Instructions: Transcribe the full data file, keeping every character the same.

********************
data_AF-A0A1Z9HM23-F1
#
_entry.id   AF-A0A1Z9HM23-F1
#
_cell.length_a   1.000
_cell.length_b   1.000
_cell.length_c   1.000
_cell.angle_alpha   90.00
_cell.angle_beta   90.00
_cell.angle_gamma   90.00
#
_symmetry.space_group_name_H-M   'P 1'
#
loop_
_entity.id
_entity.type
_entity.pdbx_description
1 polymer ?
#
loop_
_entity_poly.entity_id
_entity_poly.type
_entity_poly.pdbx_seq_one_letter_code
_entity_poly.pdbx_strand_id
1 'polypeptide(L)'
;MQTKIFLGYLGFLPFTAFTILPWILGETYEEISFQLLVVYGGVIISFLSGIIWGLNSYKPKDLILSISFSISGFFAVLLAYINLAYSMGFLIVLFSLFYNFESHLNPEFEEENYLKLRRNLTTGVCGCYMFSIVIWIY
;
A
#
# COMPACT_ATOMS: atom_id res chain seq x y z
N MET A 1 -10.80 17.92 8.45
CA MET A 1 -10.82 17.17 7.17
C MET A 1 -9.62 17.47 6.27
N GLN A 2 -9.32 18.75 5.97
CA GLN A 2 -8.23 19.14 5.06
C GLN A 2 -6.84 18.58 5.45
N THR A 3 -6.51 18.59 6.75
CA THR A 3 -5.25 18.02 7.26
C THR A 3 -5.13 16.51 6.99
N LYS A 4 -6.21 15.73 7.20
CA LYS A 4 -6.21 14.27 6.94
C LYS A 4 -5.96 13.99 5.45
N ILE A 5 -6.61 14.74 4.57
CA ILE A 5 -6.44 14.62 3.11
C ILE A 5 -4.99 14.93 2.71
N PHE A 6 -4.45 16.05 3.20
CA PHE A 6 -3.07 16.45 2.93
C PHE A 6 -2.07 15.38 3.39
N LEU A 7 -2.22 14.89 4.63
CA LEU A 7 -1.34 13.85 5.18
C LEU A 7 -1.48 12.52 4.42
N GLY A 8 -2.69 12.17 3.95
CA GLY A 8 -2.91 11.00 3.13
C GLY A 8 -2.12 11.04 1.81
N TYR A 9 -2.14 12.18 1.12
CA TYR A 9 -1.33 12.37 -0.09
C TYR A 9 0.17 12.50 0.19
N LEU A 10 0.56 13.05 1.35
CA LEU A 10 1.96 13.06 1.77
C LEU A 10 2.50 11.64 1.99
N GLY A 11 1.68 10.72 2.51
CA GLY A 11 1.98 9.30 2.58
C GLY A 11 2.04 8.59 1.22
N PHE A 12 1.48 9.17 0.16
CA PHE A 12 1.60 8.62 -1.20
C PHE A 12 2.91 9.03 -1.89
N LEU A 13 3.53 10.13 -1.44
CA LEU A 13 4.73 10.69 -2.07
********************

data_AF-A0A1Z9HM23-F1
#
_entry.id   AF-A0A1Z9HM23-F1
#
_cell.length_a   1.000
_cell.length_b   1.000
_cell.length_c   1.000
_cell.angle_alpha   90.00
_cell.angle_beta   90.00
_cell.angle_gamma   90.00
#
_symmetry.space_group_name_H-M   'P 1'
#
loop_
_entity.id
_entity.type
_entity.pdbx_description
1 polymer ?
#
loop_
_entity_poly.entity_id
_entity_poly.type
_entity_poly.pdbx_seq_one_letter_code
_entity_poly.pdbx_strand_id
1 'polypeptide(L)'
;MQTKIFLGYLGFLPFTAFTILPWILGETYEEISFQLLVVYGGVIISFLSGIIWGLNSYKPKDLILSISFSISGFFAVLLAYINLAYSMGFLIVLFSLFYNFESHLNPEFEEENYLKLRRNLTTGVCGCYMFSIVIWIY
;
A
#
# COMPACT_ATOMS: atom_id res chain seq x y z
N MET A 1 -10.80 17.92 8.45
CA MET A 1 -10.82 17.17 7.17
C MET A 1 -9.62 17.47 6.27
N GLN A 2 -9.32 18.75 5.97
CA GLN A 2 -8.23 19.14 5.06
C GLN A 2 -6.84 18.58 5.45
N THR A 3 -6.51 18.59 6.75
CA THR A 3 -5.25 18.02 7.26
C THR A 3 -5.13 16.51 6.99
N LYS A 4 -6.21 15.73 7.20
CA LYS A 4 -6.21 14.27 6.94
C LYS A 4 -5.96 13.99 5.45
N ILE A 5 -6.61 14.74 4.57
CA ILE A 5 -6.44 14.62 3.11
C ILE A 5 -4.99 14.93 2.71
N PHE A 6 -4.45 16.05 3.20
CA PHE A 6 -3.07 16.45 2.93
C PHE A 6 -2.07 15.38 3.39
N LEU A 7 -2.22 14.89 4.63
CA LEU A 7 -1.34 13.85 5.18
C LEU A 7 -1.48 12.52 4.42
N GLY A 8 -2.69 12.17 3.95
CA GLY A 8 -2.91 11.00 3.13
C GLY A 8 -2.12 11.04 1.81
N TYR A 9 -2.14 12.18 1.12
CA TYR A 9 -1.33 12.37 -0.09
C TYR A 9 0.17 12.50 0.19
N LEU A 10 0.56 13.05 1.35
CA LEU A 10 1.96 13.06 1.77
C LEU A 10 2.50 11.64 1.99
N GLY A 11 1.68 10.72 2.51
CA GLY A 11 1.98 9.30 2.58
C GLY A 11 2.04 8.59 1.22
N PHE A 12 1.48 9.17 0.16
CA PHE A 12 1.60 8.62 -1.20
C PHE A 12 2.91 9.03 -1.89
N LEU A 13 3.53 10.13 -1.44
CA LEU A 13 4.73 10.69 -2.07